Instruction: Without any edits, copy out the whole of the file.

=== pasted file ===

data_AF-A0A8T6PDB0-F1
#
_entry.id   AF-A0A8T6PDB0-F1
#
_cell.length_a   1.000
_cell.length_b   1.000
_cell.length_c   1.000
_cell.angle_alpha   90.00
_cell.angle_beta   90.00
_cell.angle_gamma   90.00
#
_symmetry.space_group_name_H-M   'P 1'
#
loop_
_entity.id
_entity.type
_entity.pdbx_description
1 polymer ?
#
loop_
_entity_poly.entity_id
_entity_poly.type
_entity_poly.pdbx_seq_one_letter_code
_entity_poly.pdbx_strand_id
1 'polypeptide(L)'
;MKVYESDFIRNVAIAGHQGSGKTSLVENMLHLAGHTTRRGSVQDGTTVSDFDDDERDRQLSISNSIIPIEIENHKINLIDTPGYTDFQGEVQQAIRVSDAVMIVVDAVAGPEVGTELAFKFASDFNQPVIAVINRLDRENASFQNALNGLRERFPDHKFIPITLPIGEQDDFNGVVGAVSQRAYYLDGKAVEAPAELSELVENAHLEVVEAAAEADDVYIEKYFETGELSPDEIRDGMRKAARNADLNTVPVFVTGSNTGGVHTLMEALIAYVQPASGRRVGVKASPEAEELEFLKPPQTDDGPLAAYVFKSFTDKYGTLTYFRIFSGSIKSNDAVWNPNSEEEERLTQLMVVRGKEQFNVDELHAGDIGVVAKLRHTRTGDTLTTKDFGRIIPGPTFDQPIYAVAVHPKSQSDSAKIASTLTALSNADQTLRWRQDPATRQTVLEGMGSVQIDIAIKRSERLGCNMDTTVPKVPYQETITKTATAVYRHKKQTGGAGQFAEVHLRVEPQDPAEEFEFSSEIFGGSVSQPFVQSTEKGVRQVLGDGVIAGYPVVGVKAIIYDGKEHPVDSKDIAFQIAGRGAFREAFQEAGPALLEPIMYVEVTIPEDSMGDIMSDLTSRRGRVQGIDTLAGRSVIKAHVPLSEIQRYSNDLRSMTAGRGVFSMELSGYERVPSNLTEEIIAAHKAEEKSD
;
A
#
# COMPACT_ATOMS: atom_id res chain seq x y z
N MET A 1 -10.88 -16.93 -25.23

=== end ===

data_AF-A0A8T6PDB0-F1
#
_entry.id   AF-A0A8T6PDB0-F1
#
_cell.length_a   1.000
_cell.length_b   1.000
_cell.length_c   1.000
_cell.angle_alpha   90.00
_cell.angle_beta   90.00
_cell.angle_gamma   90.00
#
_symmetry.space_group_name_H-M   'P 1'
#
loop_
_entity.id
_entity.type
_entity.pdbx_description
1 polymer ?
#
loop_
_entity_poly.entity_id
_entity_poly.type
_entity_poly.pdbx_seq_one_letter_code
_entity_poly.pdbx_strand_id
1 'polypeptide(L)'
;MKVYESDFIRNVAIAGHQGSGKTSLVENMLHLAGHTTRRGSVQDGTTVSDFDDDERDRQLSISNSIIPIEIENHKINLIDTPGYTDFQGEVQQAIRVSDAVMIVVDAVAGPEVGTELAFKFASDFNQPVIAVINRLDRENASFQNALNGLRERFPDHKFIPITLPIGEQDDFNGVVGAVSQRAYYLDGKAVEAPAELSELVENAHLEVVEAAAEADDVYIEKYFETGELSPDEIRDGMRKAARNADLNTVPVFVTGSNTGGVHTLMEALIAYVQPASGRRVGVKASPEAEELEFLKPPQTDDGPLAAYVFKSFTDKYGTLTYFRIFSGSIKSNDAVWNPNSEEEERLTQLMVVRGKEQFNVDELHAGDIGVVAKLRHTRTGDTLTTKDFGRIIPGPTFDQPIYAVAVHPKSQSDSAKIASTLTALSNADQTLRWRQDPATRQTVLEGMGSVQIDIAIKRSERLGCNMDTTVPKVPYQETITKTATAVYRHKKQTGGAGQFAEVHLRVEPQDPAEEFEFSSEIFGGSVSQPFVQSTEKGVRQVLGDGVIAGYPVVGVKAIIYDGKEHPVDSKDIAFQIAGRGAFREAFQEAGPALLEPIMYVEVTIPEDSMGDIMSDLTSRRGRVQGIDTLAGRSVIKAHVPLSEIQRYSNDLRSMTAGRGVFSMELSGYERVPSNLTEEIIAAHKAEEKSD
;
A
#
# COMPACT_ATOMS: atom_id res chain seq x y z
N MET A 1 -10.88 -16.93 -25.23